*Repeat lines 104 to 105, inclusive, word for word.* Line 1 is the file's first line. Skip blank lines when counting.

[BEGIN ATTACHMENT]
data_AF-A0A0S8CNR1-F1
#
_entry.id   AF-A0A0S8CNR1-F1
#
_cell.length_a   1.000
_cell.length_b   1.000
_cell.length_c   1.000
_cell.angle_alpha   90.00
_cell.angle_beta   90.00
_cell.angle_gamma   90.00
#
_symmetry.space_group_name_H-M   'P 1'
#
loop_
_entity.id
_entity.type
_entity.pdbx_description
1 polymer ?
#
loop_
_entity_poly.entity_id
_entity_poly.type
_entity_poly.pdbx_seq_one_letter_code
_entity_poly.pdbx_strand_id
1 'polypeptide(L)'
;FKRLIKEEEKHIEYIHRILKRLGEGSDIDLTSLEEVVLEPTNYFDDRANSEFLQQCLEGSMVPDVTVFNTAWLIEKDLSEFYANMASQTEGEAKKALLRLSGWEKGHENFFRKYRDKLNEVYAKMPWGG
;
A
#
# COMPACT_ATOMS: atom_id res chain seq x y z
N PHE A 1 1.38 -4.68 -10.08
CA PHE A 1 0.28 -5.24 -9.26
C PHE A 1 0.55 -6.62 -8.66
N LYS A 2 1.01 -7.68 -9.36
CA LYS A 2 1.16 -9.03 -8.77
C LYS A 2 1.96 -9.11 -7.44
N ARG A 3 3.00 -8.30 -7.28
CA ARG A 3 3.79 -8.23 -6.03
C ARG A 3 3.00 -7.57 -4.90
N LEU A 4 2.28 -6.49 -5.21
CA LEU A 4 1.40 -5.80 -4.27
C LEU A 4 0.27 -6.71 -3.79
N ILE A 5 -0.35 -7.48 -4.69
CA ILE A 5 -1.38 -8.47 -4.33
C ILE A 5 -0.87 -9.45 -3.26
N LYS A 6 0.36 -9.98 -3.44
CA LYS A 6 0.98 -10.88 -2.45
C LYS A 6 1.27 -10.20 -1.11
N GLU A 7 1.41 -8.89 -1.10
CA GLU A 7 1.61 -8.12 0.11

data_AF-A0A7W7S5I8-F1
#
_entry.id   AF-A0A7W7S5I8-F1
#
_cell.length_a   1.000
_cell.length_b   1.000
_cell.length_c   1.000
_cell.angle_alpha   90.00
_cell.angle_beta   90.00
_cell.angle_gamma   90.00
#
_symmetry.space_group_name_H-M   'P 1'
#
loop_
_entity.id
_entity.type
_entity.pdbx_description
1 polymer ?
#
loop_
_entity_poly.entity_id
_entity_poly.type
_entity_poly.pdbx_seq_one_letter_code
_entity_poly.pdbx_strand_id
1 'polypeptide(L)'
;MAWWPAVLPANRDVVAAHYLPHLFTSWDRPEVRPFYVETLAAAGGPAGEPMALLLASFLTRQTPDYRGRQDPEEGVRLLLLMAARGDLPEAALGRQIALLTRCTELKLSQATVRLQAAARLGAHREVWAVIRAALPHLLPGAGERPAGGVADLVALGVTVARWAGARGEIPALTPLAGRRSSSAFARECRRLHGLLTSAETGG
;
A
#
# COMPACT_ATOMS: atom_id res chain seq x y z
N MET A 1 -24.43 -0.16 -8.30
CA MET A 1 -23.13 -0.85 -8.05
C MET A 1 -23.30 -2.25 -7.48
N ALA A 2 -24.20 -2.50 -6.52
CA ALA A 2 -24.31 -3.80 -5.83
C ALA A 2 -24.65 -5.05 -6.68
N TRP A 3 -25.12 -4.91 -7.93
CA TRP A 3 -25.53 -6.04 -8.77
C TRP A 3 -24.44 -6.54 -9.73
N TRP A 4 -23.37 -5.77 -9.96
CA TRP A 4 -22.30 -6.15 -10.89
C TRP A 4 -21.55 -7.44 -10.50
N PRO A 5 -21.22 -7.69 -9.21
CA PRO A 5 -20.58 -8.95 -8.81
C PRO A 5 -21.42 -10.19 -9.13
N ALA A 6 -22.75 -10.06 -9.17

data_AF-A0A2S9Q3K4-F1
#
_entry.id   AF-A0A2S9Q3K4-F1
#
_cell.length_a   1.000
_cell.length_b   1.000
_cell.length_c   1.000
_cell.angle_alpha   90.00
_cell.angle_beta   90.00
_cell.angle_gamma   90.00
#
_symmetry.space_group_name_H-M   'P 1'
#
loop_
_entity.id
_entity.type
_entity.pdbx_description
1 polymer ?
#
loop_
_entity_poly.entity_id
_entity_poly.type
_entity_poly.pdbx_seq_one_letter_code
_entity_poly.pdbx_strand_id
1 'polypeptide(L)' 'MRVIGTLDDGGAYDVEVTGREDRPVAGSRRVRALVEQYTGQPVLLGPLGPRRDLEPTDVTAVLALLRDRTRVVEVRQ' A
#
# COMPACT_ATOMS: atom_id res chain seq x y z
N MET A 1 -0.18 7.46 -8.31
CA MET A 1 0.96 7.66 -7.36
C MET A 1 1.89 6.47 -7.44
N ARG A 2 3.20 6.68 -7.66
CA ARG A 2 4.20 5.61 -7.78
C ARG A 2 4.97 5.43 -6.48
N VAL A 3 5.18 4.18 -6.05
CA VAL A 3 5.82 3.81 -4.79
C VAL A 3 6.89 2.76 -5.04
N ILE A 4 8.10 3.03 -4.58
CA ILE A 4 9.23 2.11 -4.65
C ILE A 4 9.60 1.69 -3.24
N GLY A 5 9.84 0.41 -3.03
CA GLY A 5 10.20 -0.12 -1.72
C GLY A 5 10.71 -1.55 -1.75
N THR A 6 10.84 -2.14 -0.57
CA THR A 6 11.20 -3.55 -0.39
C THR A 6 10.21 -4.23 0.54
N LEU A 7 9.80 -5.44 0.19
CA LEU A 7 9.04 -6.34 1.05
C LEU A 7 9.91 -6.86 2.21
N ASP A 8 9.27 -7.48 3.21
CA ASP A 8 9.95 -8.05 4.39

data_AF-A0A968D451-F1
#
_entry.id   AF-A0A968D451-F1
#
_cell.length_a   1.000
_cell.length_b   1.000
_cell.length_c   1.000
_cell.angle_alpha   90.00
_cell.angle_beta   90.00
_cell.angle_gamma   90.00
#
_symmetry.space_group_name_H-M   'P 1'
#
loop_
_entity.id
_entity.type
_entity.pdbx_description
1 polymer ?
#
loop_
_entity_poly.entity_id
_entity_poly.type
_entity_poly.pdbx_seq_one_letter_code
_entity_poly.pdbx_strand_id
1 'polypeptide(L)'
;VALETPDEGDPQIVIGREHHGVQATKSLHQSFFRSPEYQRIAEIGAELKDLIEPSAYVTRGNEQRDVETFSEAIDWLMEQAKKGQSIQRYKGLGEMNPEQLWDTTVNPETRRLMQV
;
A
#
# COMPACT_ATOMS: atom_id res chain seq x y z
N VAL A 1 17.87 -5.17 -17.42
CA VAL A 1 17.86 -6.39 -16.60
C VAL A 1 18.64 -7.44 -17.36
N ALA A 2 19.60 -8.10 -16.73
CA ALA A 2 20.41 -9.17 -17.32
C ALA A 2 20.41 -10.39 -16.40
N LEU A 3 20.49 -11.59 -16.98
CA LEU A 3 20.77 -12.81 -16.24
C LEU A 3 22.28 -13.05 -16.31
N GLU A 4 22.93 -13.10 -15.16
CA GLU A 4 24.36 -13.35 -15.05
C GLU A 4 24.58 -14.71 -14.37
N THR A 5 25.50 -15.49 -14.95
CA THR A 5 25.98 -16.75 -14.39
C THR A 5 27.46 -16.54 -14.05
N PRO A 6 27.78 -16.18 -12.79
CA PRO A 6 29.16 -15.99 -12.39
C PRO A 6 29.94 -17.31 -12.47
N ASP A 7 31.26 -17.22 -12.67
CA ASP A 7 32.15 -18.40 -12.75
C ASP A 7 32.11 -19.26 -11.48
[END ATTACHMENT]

_cell.angle_alpha   90.00
_cell.angle_beta   90.00